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How to Create a Home You'll Love

If time, money, and circumstances were no issue, we’d all have a perfect house on our first try. Starter home? No need! Downsizing? Never! Odd spaces that don’t look HGTV-perfect? None! But in reality, we transition through houses as our budgets and location needs evolve, and even a dream house needs TLC to become a dream home. But where do you start?

Whether you’re in a two-bedroom cottage or an ocean-view mansion, it all boils down to some simple concepts. And you don’t have to have that mansion-level budget to create a space that’s right for you.

Start with the Feeling

Model homes are long on style but short on feeling, and that’s by design (no pun intended). Those homes are decorated so that anyone can imagine living in them, and there’s no reflection of personality.

Your home should be, well, your home. Instead of thinking about how you want it to look, think about how you want it to feel. Cozy? Fun? Calm? Energizing? Do you want to bound out of bed every morning to a pop of color, or unwind every evening among muted tones and soft lights? That feeling — not an interior design blog — should guide your décor choices. Once you have the mood you want to evoke, browse magazines and Pinterest boards to find layouts, colors, and pieces that speak to you.

But don’t fall into the trap of trying to imitate someone else’s vision. Choose the elements you like, and add in touches that really tell the world who you are. That may mean a gallery wall of family photos, or framed vintage movie posters, or anything else that reflects your interests or tells your story. At some point, if you put your home up for sale, you may tone down your aesthetic so that, as with a model home, anyone can imagine living there. Until then, though, the only person who needs to feel at home is you.

Consider the Function

A fragile vase on a rickety table placed next to the front door? It’s a staple of old comedy films, but in real life, it’s obviously a huge “don’t.” Your home’s design needs to facilitate your daily life, not impede it, and that means thinking in terms of zones that serve specific purposes.

For example, front entries should be welcoming, but also set up to accommodate wet umbrellas, muddy shoes, and “running late” mornings. Bedrooms for kids need spaces to corral toys and school supplies, while a master bedroom may call for a minimalist look that provides a relaxing environment.

Beyond the obvious, though, when you think about zones, be creative and intentional with how you use space. Your home may have been built with a formal dining room, but if you always take your meals around the kitchen table, ask yourself how this space could be more livable and functional. Maybe you really need a second office, or a dedicated homework/remote learning space for kids, or playroom to keep little ones in sight (but not underfoot) when you’re preparing dinner.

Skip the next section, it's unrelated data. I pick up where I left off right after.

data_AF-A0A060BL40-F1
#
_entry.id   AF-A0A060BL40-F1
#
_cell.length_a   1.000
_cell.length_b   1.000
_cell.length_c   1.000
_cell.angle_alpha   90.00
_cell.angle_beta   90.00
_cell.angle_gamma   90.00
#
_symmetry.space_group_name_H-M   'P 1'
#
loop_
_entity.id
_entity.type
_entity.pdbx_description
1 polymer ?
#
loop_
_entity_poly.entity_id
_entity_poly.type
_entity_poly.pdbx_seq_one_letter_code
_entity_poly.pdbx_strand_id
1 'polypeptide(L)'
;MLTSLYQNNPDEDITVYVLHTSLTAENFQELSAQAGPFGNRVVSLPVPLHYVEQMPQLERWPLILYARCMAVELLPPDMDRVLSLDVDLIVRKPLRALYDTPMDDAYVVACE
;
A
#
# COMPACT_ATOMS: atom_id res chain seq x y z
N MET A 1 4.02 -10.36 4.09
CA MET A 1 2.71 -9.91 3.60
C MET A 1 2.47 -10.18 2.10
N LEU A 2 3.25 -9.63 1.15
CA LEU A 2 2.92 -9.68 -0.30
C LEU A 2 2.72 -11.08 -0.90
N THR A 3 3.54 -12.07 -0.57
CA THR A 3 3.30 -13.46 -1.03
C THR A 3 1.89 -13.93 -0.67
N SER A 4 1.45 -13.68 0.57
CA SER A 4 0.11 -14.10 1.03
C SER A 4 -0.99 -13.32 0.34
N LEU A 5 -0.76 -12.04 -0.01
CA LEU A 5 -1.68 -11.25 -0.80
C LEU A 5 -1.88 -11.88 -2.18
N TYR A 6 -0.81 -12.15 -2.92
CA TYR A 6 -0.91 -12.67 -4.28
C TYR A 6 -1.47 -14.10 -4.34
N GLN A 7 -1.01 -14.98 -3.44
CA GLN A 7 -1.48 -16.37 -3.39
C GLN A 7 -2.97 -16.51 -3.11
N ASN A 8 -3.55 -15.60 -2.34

In other words, don’t just think of how areas should look … think about how they can meet your day-to-day needs, and furnish them accordingly. A high-traffic family room populated with kids and pets calls for a durable, stain-resistant couch, but a more elegant sofa is suitable for an area that only grown-ups will be enjoying. Homework space will need desks or tables, but also shelves for school supplies and outlets for charging laptops. Form should follow function, so assign a purpose to each space, and let the décor support that function.

But no matter what, place that fragile vase well out of harm’s way!

Celebrate the Imperfections

Remember that mood you want to evoke? Hopefully it’s not “high-strung perfectionism.” Your design choices should reflect what you enjoy and makes you comfortable, which isn’t necessarily the latest trend on a celebrity’s Instagram. You’re not curating a museum, you’re creating a home, and homes — like the humans who live in them — don’t have to be picture-perfect.

If you’re not sure what to do with an awkward nook or a bedroom with no natural light, by all means, look around for ideas to minimize flaws and maximize livability, but don’t blow your budget trying to create a space to impress others. Start with easy fixes (a fresh coat of paint, strategic use of lamps) and move up from there if you need to. A small (or even major) renovation may be needed for you to truly enjoy your home, but scale the project to your needs and budget.

Embrace the Process

Creating your ideal living space isn’t going to happen overnight, so don’t pressure yourself to figure out every room all at once. This is your chance to explore your tastes, experiment with different styles, and even make a few harmless missteps. If that accent piece that looked great in the store looks less great in your house, feel free to find something else. Besides, your sense of style and need for function will change over time, so there’s no need to feel locked into one look.

It's your home, so make it work for you!


If no amount of decorative flourish can help your home meet your needs, it may be time to renovate or move. Fortunately, we can help with financing for both! Reach out so we can explore your options.


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